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In the midst of the violent, revolutionary turmoil that accompanied the last decade of tsarist rule in the Russian Empire, many Jews came to reject what they regarded as the apocalyptic and utopian prophecies of political dreamers and religious fanatics, preferring instead to focus on the promotion of cultural development in the present. Jewish Public Culture in the Late Russian Empire examines the cultural identities that Jews were creating and disseminating through voluntary associations such as libraries, drama circles, literary clubs, historical societies, and even fire brigades. Jeffrey Veidlinger explores the venues in which prominent cultural figures -- including Sholem Aleichem, Mendele Moykher Sforim, and Simon Dubnov -- interacted with the general Jewish public, encouraging Jewish expression within Russia's multicultural society. By highlighting the cultural experiences shared by Jews of diverse social backgrounds -- from seamstresses to parliamentarians -- and in disparate geographic locales -- from Ukrainian shtetls to Polish metropolises -- the book revises traditional views of Jewish society in the late Russian Empire.
Category: History

The Routledge Handbook Of Contemporary Jewish Cultures

Author : Nadia Valman
ISBN : 9781135048549
Genre : Literary Criticism
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The Routledge Handbook to Contemporary Jewish Cultures explores the diversity of Jewish cultures and ways of investigating them, presenting the different methodologies, arguments and challenges within the discipline. Divided into themed sections, this book considers in turn: How the individual terms "Jewish" and "culture" are defined, looking at perspectives from Anthropology, Music, Literary Studies, Sociology, Religious Studies, History, Art History, and Film, Television, and New Media Studies. How Jewish cultures are theorized, looking at key themes regarding power, textuality, religion/secularity, memory, bodies, space and place, and networks. Case studies in contemporary Jewish cultures. With essays by leading scholars in Jewish culture, this book offers a clear overview of the field and offers exciting new directions for the future.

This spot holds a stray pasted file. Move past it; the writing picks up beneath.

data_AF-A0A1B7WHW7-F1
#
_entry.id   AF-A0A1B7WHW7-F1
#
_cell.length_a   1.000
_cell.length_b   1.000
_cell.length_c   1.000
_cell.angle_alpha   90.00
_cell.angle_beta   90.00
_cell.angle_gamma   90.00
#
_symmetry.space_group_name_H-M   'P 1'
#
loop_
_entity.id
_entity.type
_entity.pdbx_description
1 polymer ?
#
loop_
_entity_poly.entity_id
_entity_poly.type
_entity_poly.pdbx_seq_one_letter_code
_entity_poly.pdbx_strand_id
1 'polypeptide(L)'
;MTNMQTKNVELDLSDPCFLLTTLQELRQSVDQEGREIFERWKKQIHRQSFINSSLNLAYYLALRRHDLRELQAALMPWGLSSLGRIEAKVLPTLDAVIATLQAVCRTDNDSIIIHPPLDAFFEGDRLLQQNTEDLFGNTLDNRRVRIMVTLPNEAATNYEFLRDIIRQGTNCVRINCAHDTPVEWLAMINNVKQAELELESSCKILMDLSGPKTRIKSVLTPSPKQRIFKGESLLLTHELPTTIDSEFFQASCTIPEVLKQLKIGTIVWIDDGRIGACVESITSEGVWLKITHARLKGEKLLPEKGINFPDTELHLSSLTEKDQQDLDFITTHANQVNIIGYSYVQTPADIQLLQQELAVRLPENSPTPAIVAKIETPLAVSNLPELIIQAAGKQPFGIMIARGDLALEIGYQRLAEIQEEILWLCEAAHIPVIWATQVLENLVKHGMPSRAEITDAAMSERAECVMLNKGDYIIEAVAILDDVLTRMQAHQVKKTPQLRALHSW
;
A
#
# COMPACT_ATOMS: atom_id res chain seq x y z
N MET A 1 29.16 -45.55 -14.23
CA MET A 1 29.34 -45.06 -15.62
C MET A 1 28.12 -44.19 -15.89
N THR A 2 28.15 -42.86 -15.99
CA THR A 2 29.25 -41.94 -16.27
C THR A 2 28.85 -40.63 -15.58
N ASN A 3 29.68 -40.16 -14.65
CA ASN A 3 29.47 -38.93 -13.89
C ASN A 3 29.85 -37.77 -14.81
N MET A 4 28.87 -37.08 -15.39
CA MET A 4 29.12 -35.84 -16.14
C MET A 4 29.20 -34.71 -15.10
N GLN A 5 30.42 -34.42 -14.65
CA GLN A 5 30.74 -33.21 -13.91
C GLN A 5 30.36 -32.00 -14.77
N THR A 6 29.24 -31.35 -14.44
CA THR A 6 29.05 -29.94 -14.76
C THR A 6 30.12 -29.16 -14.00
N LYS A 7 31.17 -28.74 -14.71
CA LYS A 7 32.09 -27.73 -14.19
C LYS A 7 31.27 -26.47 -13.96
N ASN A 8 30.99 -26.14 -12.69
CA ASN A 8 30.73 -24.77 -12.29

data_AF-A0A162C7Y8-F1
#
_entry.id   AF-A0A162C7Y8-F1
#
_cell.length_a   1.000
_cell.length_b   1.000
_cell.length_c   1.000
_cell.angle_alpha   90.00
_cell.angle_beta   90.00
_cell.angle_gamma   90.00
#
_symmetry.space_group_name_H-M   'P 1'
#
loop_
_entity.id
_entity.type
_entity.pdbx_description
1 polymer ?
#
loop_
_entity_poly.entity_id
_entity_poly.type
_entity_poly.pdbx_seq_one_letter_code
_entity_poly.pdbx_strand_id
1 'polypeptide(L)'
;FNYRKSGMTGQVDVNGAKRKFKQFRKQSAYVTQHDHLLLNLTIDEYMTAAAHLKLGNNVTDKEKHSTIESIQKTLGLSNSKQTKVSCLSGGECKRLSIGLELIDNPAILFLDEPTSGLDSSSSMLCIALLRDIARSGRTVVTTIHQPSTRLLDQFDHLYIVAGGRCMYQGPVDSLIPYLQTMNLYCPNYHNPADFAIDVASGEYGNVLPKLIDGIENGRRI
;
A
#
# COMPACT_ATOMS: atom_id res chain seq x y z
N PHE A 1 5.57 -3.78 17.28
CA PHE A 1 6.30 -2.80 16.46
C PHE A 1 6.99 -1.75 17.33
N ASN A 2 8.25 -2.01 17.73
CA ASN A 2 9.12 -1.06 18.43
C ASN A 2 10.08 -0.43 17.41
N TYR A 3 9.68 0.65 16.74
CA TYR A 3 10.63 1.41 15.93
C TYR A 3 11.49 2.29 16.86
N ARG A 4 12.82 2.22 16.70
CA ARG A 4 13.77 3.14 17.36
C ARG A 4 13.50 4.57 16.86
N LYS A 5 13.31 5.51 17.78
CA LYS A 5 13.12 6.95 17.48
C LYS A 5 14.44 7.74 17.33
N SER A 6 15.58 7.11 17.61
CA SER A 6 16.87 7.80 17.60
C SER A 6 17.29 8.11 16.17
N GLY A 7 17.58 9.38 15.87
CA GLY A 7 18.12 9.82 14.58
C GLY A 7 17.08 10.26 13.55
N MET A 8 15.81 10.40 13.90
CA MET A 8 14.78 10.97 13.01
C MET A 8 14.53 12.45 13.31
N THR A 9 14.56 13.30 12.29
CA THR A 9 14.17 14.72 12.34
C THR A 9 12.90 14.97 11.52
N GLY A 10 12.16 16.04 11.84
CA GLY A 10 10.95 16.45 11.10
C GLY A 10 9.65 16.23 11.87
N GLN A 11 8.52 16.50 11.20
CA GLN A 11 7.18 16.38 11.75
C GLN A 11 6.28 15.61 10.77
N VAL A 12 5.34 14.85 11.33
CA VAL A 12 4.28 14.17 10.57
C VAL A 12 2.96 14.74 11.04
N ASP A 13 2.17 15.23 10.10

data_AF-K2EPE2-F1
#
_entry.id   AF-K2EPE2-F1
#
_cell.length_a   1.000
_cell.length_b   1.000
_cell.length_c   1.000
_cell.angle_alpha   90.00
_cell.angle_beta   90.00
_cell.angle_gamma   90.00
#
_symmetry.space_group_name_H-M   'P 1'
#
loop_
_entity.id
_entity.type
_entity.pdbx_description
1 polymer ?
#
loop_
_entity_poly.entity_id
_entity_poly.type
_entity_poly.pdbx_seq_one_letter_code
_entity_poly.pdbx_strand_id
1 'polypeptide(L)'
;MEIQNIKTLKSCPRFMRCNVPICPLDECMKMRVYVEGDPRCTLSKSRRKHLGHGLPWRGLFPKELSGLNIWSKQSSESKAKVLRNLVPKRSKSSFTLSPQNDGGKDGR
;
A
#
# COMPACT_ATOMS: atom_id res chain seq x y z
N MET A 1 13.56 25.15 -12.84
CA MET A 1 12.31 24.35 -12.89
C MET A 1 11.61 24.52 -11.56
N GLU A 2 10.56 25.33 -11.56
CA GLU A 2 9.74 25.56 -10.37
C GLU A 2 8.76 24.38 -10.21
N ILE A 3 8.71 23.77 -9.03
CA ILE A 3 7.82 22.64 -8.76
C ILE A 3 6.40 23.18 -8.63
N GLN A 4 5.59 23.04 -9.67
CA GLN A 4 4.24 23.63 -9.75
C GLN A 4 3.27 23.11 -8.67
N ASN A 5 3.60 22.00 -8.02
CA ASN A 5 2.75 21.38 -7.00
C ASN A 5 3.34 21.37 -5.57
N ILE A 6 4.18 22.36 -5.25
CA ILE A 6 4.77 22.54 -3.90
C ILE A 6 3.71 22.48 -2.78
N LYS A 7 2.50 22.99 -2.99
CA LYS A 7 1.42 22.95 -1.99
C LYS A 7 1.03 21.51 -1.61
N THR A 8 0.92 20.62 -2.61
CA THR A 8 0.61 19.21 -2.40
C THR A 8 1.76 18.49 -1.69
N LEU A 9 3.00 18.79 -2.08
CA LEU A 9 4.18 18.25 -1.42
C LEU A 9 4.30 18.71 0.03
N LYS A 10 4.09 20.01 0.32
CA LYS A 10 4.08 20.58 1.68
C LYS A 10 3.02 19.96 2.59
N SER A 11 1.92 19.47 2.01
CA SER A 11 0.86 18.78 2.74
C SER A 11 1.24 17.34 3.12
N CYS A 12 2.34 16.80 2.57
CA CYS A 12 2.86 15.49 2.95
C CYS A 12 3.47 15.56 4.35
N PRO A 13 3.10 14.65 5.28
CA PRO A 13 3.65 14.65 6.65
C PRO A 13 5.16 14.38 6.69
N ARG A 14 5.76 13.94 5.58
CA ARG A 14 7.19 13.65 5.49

Category: Literary Criticism

Studying The Jewish Future